Trade patterns have changed dramatically in the last two decades. As the intensity of economic growth has shifted from the West to the East, and the emerging economies have accounted for a majority of global growth, regional trade agreements have proliferated worldwide, especially in Asia. One of the world biggest-ever free trade deals, the Trans-Pacific Partnership (TPP), led by the U.S., stretching across the Pacific, and connecting Asia with the West, involves 12 nations, which account for 40 percent of global GDP, 30 percent of of global trade and 25 percent of global imports, but conspicuously excludes one country: China. Initially, China denounced TPP as a major effort by the U.S. to contain China. However, recently China has started to express an interest in learning more about TPP and take a nuanced “wait and see” attitude. Since then, the debate has shifted to whether China should join TPP or not.
The exclusion from TPP does confront China with unavoidable costs and new challenges. According to economic modeling by Petri and Plummer, income losses to China from its absence from the TPP would be $46 billions by 2025, while the income gains to China if it joined TPP would be over $800 billions by 2025. Besides, the economists Li and Whalley also conducted numerical simulation to explore the potential effects of TPP, incorporating the trade costs in the general equilibrium model. The simulation results concluded that TPP agreement will hurt non-member countries, including China, by negatively impacting their production output, welfare level, trade, import and revenue. Such costs are mainly due to the diversion of trade and manufacturing from China to TPP members. Other than that, the lack of TPP membership would prevent China from enjoying new tariffs reduction and preferential market access.
Aside from the cause of economic costs to China, TPP also emphasizes the leadership role of U.S. in negotiating a new set of rules and obligations in Asia. It is likely to shift the economic balances and alliances within Asia, reduce Chinese economic predominance and limit China’s international expansion. So it seems that joining TPP is definitely a big deal to China.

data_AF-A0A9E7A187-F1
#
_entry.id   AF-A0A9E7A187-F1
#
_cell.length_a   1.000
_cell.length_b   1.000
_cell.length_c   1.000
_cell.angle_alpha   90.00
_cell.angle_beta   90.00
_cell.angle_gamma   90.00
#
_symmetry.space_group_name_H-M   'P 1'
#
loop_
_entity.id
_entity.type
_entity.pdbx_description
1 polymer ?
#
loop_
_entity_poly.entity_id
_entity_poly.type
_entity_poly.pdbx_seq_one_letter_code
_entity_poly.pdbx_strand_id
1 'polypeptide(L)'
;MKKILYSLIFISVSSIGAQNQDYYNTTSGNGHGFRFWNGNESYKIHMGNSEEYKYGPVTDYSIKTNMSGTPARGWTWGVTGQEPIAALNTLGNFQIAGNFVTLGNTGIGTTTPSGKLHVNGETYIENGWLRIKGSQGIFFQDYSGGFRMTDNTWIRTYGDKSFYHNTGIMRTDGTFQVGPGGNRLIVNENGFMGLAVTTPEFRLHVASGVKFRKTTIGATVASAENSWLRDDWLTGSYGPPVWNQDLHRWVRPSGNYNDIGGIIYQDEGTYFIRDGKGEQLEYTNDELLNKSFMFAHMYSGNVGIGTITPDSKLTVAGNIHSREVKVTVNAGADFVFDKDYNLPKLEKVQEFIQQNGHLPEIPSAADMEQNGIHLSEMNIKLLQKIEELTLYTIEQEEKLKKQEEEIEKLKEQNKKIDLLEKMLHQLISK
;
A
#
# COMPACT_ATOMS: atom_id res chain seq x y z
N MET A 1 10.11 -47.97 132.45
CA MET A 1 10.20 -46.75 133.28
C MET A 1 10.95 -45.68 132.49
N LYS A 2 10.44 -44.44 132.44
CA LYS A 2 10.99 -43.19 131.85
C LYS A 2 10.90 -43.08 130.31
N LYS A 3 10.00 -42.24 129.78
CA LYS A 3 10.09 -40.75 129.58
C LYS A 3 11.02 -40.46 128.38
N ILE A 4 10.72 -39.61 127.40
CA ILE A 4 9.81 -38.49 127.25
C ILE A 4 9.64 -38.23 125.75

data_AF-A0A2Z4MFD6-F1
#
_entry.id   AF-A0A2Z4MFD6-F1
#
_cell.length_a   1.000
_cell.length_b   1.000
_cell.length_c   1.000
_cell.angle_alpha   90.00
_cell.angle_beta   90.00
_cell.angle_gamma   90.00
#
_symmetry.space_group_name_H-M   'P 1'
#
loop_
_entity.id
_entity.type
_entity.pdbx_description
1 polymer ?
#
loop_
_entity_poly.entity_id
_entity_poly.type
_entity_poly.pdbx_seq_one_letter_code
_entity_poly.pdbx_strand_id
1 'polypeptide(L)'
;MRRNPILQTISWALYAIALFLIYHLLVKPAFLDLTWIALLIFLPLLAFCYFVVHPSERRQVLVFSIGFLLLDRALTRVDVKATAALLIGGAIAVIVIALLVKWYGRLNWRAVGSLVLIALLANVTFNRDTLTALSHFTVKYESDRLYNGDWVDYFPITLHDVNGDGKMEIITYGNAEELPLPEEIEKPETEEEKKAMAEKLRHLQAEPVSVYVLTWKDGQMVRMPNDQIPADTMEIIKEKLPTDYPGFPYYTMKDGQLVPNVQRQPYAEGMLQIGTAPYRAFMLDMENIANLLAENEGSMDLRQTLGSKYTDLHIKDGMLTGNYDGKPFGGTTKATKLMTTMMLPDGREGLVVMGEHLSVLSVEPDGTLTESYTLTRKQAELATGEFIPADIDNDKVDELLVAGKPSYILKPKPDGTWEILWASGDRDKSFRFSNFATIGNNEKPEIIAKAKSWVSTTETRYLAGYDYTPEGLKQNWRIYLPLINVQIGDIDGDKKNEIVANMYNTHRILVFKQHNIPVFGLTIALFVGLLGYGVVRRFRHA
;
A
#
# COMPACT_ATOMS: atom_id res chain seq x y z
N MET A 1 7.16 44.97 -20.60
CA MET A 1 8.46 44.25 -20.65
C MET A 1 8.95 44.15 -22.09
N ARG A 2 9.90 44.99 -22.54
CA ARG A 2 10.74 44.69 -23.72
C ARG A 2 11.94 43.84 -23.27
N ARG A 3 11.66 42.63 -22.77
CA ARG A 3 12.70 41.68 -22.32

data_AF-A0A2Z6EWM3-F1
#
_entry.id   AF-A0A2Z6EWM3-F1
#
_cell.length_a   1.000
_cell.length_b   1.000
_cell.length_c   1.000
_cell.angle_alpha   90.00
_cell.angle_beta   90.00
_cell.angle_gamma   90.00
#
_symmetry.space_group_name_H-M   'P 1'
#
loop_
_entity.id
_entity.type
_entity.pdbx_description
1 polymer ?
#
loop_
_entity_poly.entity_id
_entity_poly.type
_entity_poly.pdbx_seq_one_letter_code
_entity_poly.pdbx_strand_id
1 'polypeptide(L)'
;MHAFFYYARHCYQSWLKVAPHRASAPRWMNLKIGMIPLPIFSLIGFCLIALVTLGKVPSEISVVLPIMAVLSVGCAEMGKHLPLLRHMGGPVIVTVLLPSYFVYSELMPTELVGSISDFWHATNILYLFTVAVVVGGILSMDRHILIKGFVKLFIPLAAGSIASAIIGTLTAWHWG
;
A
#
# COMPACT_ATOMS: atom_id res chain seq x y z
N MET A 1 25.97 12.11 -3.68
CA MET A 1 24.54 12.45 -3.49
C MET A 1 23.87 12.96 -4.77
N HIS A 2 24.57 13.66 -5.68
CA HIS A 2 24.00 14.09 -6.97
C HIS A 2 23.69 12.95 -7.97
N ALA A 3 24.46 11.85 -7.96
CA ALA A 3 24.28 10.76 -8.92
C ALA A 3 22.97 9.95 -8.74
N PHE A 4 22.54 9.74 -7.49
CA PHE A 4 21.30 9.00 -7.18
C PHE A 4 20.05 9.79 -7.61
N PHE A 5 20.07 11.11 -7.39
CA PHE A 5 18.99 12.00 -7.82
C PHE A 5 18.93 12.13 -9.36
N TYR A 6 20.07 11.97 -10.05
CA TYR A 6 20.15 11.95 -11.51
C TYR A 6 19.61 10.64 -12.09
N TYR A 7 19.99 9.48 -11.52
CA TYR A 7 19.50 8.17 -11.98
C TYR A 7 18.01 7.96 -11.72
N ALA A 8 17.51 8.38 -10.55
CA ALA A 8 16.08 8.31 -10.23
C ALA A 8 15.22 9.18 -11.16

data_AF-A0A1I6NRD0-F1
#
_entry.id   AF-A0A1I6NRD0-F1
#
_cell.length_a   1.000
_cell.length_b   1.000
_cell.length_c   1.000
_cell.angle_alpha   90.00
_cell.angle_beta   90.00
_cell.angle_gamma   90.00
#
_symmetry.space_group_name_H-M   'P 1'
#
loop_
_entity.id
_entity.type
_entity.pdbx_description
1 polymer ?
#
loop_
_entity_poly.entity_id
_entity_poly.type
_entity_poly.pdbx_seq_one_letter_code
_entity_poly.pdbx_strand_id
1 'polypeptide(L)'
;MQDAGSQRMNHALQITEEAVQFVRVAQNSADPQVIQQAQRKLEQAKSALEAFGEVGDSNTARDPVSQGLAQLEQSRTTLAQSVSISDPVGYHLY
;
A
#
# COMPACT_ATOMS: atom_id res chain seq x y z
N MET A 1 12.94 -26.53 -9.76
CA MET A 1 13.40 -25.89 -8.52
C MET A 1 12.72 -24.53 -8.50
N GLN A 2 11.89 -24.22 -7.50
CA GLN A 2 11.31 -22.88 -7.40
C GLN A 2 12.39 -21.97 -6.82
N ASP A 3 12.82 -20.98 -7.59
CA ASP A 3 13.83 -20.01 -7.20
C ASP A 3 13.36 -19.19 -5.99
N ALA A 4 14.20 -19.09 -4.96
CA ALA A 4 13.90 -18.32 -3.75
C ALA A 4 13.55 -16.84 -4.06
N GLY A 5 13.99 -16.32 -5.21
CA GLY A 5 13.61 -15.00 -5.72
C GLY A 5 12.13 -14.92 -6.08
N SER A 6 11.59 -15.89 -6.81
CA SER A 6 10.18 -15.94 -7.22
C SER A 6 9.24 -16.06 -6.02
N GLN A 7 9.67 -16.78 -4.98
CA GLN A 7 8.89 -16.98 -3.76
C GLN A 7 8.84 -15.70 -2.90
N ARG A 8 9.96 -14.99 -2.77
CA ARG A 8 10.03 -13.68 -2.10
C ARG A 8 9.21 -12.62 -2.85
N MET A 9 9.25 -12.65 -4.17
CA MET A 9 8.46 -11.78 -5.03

For the most part, I agree with the scale and the importance of TPP and the challenges it poses to China both economically and strategically. However, several more views need to be taken into consideration when discussing to what extent China should care about joining TPP.
Firstly, China’s economic predominance in Asia is driven by its sheer size, continued growth, which is slower in recent years, but is still relatively faster than that of most Asian economies, and its increasing centrality in global supply chain. In other words, its prevailing status is hard to be shaken. Secondly, China has been deeply involved with most of the TPP members, either through bilateral or through regional free-trade agreements. Moreover, China has actively sought alternative paths to increase its influence, through projects under the “one belt one road” policy, or through its RCEP initiative, a parallel trade agreement that comprises 10 ASEAN countries plus China, South Korea, Japan, India, Australia and New Zealand. Thirdly, China has challenges within its own economy, which include massive urban migration, widespread unemployment, and huge wealth gap. And under current pressure of economic slowdown, China may not be ready for new and higher trade standards set out by TPP. For example, the TPP’s government procurement standards may drastically alter the structure and operation of Chinese State owned enterprises; the ecommerce standards could impair China’s censorship and information control policy. TPP may set as a new benchmark or force for the spur of China’s economic reform, but currently such reform may not happen over night. Last but not the least, TPP itself seems not as impressive as a trade-liberalizing agreement, since 6 members of TPP already have free trade agreement with U.S., which means that their improvement will be limited. Further more, inferring from the ACTA, negotiated between U.S. and the EU, which was adopted in April 2011 but still yet to enter into force till now, it is hard to predict when TPP will actually be ratified. In sum, so far, TPP’s impact on China is negligible, as is predicted by U.S. Department of Agriculture that the decrease in China’s GDP will only be 2%.
In the short-run, due to the current moderate impacts of TPP, China’s unshakeable economic preponderance in Asia, and the domestic challenges in China, China is likely to seek its favored free-trade accords other than TPP, and initially take a wait-and-see attitude to it. After all, it is still early to assess the implications for China. The Congress may hand Obama a defeat. And how big a deal TPP is depends on the actual implementation as well as the content of the deal.